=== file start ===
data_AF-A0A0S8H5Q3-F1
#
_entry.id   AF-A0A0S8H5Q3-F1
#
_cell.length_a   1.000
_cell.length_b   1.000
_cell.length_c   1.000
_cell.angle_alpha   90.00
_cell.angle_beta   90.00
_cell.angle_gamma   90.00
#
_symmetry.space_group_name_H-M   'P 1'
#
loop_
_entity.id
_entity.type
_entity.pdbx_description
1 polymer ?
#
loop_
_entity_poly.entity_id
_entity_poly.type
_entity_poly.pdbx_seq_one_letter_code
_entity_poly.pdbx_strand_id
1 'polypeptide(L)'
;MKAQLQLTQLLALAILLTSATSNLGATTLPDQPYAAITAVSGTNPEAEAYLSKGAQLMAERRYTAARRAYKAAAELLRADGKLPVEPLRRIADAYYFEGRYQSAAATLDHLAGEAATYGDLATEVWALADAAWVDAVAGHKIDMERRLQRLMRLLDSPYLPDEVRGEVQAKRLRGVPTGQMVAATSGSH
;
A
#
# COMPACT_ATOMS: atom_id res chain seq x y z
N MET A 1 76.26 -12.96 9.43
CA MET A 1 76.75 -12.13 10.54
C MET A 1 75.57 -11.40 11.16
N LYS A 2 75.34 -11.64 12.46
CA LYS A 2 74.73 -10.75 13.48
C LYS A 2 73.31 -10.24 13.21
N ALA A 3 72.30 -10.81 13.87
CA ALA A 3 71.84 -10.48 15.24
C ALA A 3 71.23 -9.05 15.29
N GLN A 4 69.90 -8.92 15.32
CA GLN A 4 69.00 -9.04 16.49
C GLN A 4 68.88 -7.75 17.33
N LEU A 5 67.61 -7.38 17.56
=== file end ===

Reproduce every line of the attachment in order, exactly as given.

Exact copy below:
data_AF-A0A0S8H5Q3-F1
#
_entry.id   AF-A0A0S8H5Q3-F1
#
_cell.length_a   1.000
_cell.length_b   1.000
_cell.length_c   1.000
_cell.angle_alpha   90.00
_cell.angle_beta   90.00
_cell.angle_gamma   90.00
#
_symmetry.space_group_name_H-M   'P 1'
#
loop_
_entity.id
_entity.type
_entity.pdbx_description
1 polymer ?
#
loop_
_entity_poly.entity_id
_entity_poly.type
_entity_poly.pdbx_seq_one_letter_code
_entity_poly.pdbx_strand_id
1 'polypeptide(L)'
;MKAQLQLTQLLALAILLTSATSNLGATTLPDQPYAAITAVSGTNPEAEAYLSKGAQLMAERRYTAARRAYKAAAELLRADGKLPVEPLRRIADAYYFEGRYQSAAATLDHLAGEAATYGDLATEVWALADAAWVDAVAGHKIDMERRLQRLMRLLDSPYLPDEVRGEVQAKRLRGVPTGQMVAATSGSH
;
A
#
# COMPACT_ATOMS: atom_id res chain seq x y z
N MET A 1 76.26 -12.96 9.43
CA MET A 1 76.75 -12.13 10.54
C MET A 1 75.57 -11.40 11.16
N LYS A 2 75.34 -11.64 12.46
CA LYS A 2 74.73 -10.75 13.48
C LYS A 2 73.31 -10.24 13.21
N ALA A 3 72.30 -10.81 13.87
CA ALA A 3 71.84 -10.48 15.24
C ALA A 3 71.23 -9.05 15.29
N GLN A 4 69.90 -8.92 15.32
CA GLN A 4 69.00 -9.04 16.49
C GLN A 4 68.88 -7.75 17.33
N LEU A 5 67.61 -7.38 17.56